If you look at the three races leading into Canada, Sainz is arguably the dominant midfield driver. The Spaniard has tallied 18 points since Baku and the next best haul outside of the top three teams is just eight points. There’s no doubt he started the season slowly (very, very slowly) but he’s hit his straps now and reminding rookie teammate Lando Norris who the No. 1 driver is at McLaren. Last year’s trip to Canada yielded points for Sainz, albeit when driving at Renault, and it’s hard to imagine a top 10 this year without him in it.
5. Valtteri Bottas (Mercedes)
For all the talk of Bottas 2.0 and his brilliant start to the season, the Finn already finds himself with a 17-point deficit to teammate Hamilton in the drivers’ standings after just six rounds. Ouch! He really must be wondering what more he can do. The scary part for Bottas is that we all know Hamilton can perform at a higher level if necessary, so right now his season is on the ropes. Bottas must strike back with a win this weekend in Canada — a race he’s scored a podium finish at every year since 2015 — because second place might not cut it anymore.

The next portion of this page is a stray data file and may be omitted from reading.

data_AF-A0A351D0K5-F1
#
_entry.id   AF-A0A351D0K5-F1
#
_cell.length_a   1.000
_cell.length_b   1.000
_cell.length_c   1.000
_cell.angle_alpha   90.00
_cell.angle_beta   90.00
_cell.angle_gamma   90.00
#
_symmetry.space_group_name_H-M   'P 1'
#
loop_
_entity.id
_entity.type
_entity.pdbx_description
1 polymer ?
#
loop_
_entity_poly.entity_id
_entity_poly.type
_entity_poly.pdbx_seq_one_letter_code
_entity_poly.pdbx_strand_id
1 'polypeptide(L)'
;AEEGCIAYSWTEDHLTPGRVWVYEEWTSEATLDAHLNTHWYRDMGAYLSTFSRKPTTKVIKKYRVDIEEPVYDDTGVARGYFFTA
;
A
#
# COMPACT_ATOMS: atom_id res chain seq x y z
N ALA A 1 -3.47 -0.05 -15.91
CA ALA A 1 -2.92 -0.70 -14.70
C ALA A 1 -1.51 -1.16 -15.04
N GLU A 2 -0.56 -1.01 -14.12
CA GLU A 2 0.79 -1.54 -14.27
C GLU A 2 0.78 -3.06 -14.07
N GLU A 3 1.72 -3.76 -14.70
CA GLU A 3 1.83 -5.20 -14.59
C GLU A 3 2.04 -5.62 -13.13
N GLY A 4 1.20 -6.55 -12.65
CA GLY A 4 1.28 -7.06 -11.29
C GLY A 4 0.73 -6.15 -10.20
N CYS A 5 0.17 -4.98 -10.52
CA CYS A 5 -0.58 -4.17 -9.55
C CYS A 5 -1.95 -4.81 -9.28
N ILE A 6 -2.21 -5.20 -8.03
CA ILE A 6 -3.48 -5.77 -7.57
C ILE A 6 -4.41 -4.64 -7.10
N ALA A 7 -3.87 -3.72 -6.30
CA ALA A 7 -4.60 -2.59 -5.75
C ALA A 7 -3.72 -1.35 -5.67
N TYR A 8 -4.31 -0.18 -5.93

6. Sebastian Vettel (Ferrari)
Vettel’s second place finish in Monaco last time out will be worth far more than 18 championship points that came with it. The confidence he will take from it, and Ferrari finally getting a strategy call correct, is sure to get him in a positive frame of mind ahead of the Canadian Grand Prix — a race he won last year, two weeks after finishing runner-up in Monte Carlo… Everyone’s been super quick to knock Vettel this season, yet he’s still managed to outscore teammate Charles Leclerc 82-57. That’s certainly not bad.
7. Daniil Kvyat (Toro Rosso)
Based on what we’ve seen from Kvyat in 2019, perhaps more drivers should consider taking a year off! The Russian has arrived back on the grid with more hunger and motivation than ever before and has well and truly justified his return to Formula One. It only gets better for Kvyat who can now focus on racing and not worry about whether or not his seat is safe. This weekend in Canada, Kvyat has the opportunity to stretch his points scoring streak to three races, something he hasn’t achieved since the final three rounds of 2015.
8. Sergio Perez (Racing Point)
When you think of drivers extracting the most out of the car they have at their disposal, Perez should be right up there. It’s been a somewhat disappointing start to the season for Racing Point but Perez continues to be a shining light. He leads Lance Stroll by 13-4 in championship points and is yet to be out-qualified by him. Ever the opportunist, you just feel he will cash in at some stage this season for a third or fourth place finish when those out front have issues. Who knows, maybe it will happen this weekend in Canada, a track he has had success at in the past. Remember 2012?
9.George Russell (Williams)